McALLEN — A Nuevo León man who claimed he was forced by a cartel to smuggle more than 20 kilos of cocaine was sentenced to 87 months earlier this week, court records show.
Jorge Alberto Torres Gomez stood before U.S. District Judge Micaela Alvarez Wednesday for his sentencing hearing related to his January arrest at the Hidalgo-Reynosa International Bridge, after U.S. Customs and Border Protection officers discovered packages of what was later determined to be cocaine.
Torres, who was accompanied by his two minor children, was referred to secondary inspection upon arriving at the port of entry Jan. 13, when a CBP officer noticed what appeared to be tampering to the undercarriage of the 2010 Dodge Journey the man was driving, court records show.
During the secondary inspection officers discovered a false compartment under the center console. Inside the compartment they found 18 packages containing cocaine, the complaint states.
After he was detained at the bridge, U.S. Homeland Security Investigations agents interviewed Torres.
During this interview, Torres claimed he was visiting the U.S. with his two sons for the purposes of doing some shopping, and that he had been asked by a person he only knew as “Rafael,” to drive the vehicle to the McAllen area, the complaint states.
He told HSI agents that the month before, in December 2017, Rafael, who claimed to be a cartel member, approached the beauty salon business owned by Torres’ wife, and told them they had to pay 10,000 pesos every month for protection from the cartel.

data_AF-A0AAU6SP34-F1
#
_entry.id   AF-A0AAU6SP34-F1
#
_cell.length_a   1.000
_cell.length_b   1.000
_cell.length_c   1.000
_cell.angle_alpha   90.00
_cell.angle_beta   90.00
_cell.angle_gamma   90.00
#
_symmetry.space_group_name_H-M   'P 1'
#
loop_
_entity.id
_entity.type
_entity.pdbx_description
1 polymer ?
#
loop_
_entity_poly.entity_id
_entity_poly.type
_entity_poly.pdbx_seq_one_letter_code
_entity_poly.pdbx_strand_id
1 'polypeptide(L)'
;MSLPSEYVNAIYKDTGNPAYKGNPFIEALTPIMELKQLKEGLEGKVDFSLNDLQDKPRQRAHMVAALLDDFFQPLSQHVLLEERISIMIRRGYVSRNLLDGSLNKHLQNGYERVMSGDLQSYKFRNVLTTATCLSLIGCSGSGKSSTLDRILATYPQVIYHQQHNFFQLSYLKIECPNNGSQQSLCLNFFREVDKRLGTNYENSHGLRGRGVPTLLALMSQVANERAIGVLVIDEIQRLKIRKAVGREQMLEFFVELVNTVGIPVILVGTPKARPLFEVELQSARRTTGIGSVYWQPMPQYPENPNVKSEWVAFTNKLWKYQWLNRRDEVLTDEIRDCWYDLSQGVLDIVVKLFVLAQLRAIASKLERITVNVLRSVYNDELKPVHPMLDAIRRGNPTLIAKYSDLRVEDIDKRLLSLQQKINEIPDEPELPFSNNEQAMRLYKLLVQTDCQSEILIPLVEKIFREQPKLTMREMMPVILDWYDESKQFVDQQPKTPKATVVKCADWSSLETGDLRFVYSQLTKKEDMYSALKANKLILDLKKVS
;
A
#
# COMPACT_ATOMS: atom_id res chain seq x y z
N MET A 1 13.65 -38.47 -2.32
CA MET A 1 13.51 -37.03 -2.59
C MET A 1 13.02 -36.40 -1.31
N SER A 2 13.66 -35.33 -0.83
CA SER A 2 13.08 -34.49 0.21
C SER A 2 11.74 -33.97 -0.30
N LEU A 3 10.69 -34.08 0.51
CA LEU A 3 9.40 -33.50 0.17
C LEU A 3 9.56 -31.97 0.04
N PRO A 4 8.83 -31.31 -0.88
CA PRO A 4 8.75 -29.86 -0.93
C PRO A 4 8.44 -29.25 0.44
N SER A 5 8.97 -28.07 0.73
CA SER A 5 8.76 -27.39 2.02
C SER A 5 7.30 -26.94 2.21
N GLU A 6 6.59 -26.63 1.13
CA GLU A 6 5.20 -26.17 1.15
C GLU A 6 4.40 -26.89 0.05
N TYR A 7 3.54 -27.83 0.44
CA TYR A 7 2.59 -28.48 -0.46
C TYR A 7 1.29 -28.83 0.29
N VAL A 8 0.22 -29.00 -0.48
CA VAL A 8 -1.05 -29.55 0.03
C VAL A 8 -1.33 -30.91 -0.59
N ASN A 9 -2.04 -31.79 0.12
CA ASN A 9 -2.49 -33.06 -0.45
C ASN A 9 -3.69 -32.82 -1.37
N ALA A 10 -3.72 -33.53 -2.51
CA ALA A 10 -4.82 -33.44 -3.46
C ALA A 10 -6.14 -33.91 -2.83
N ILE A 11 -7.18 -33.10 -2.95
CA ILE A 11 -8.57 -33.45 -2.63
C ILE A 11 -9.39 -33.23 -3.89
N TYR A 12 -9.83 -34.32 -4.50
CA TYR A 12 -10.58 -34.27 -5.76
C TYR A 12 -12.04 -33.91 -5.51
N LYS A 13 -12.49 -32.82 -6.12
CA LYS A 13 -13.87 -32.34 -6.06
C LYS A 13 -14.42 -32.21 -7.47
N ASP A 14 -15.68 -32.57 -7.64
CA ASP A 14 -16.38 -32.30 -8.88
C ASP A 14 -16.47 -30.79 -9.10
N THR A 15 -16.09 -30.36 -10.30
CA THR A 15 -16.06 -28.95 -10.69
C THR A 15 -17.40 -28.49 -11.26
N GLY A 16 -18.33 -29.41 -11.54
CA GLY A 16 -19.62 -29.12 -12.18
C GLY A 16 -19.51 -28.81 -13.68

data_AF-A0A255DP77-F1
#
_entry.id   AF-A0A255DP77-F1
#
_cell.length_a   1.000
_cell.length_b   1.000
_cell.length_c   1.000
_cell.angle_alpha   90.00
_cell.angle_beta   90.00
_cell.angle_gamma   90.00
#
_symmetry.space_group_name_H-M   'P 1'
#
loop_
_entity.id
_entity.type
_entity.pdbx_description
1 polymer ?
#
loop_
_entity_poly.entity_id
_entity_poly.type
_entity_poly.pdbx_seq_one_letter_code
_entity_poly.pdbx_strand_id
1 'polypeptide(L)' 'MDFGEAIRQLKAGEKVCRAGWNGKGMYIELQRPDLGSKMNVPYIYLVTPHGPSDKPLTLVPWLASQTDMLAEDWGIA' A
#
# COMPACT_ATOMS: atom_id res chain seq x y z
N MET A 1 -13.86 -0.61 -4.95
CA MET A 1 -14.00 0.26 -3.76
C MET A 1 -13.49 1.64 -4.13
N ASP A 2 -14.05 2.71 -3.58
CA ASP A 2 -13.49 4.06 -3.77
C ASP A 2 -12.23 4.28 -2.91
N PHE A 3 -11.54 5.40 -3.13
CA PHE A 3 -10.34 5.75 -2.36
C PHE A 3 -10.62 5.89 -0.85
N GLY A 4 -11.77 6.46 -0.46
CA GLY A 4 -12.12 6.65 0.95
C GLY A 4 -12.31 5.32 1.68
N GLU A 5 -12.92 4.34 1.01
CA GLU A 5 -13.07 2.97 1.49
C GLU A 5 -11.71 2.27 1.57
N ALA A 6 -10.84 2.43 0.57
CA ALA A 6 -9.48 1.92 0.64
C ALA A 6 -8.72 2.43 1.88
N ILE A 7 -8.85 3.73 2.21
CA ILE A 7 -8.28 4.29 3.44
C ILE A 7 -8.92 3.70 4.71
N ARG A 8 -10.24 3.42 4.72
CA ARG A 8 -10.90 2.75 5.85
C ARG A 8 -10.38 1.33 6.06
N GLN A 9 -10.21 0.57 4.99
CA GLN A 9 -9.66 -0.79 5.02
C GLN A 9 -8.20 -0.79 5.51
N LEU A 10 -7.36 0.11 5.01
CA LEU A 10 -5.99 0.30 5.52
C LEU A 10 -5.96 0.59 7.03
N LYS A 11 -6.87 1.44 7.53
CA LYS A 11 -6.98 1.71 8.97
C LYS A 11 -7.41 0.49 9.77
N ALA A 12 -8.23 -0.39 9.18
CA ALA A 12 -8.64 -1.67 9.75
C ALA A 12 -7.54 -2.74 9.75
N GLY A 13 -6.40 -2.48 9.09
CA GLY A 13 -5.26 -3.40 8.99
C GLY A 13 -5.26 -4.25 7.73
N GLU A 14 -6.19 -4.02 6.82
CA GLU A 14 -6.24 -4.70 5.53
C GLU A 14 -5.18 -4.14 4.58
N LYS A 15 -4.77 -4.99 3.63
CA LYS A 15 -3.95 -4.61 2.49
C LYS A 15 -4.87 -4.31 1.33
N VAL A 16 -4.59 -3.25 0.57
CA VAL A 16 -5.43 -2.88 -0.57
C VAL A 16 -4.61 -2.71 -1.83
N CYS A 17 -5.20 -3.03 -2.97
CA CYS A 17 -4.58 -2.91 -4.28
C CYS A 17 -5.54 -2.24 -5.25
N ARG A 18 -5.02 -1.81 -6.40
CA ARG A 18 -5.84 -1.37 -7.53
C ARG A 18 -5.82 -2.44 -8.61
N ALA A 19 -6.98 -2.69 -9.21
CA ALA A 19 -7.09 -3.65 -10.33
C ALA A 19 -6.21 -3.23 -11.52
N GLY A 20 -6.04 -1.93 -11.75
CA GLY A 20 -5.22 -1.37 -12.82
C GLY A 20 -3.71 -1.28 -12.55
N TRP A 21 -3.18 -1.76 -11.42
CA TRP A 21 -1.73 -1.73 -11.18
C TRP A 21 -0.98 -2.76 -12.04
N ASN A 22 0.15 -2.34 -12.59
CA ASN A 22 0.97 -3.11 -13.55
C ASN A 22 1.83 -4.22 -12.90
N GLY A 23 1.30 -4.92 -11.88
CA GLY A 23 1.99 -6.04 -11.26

“Torres stated that since he did not have that amount to pay monthly he decided to close the business and relocate it within his residence,” the complaint states.
But he said that didn’t deter the man. Instead, a few days after closing his wife’s business, Rafael approached Torres outside his then-employer’s building, Pemex, where Rafael let him know that he now would have to pay 50,000 pesos a month for not cooperating, the court record states.
“Torres paid the 50,000 pesos and assumed that everything had been taken care (of),” the records states.
Torres said a week later, he received a package at his place of employment, which contained pictures of his family, and school where his kids attend.
Torres claims, as much as he tried to avoid the man, Rafael persisted, and called him the day before his arrest at the bridge and told him he would still need to drive a vehicle loaded with narcotics into the U.S.
“Torres was given instructions to bring his two sons with him on the trip and that his wife and daughter would have to stay at the residence,” the complaint states. “Torres additionally stated that the vehicle was dropped off at his residence by Rafael this morning and was told the vehicle would be tracked via GPS to ensure that he made entry into the United States.”
He told agents the man gave him $300 for traveling expenses.
Torres, who pleaded guilty to one count of import of a controlled substance in April, had the remaining three counts, conspiracy, attempted conspiracy, and possession of a controlled substance, dismissed, court record shows.
The 33-year-old man, who does not have legal authority to live in the United States, will be deported upon completion of his more than seven-year prison term.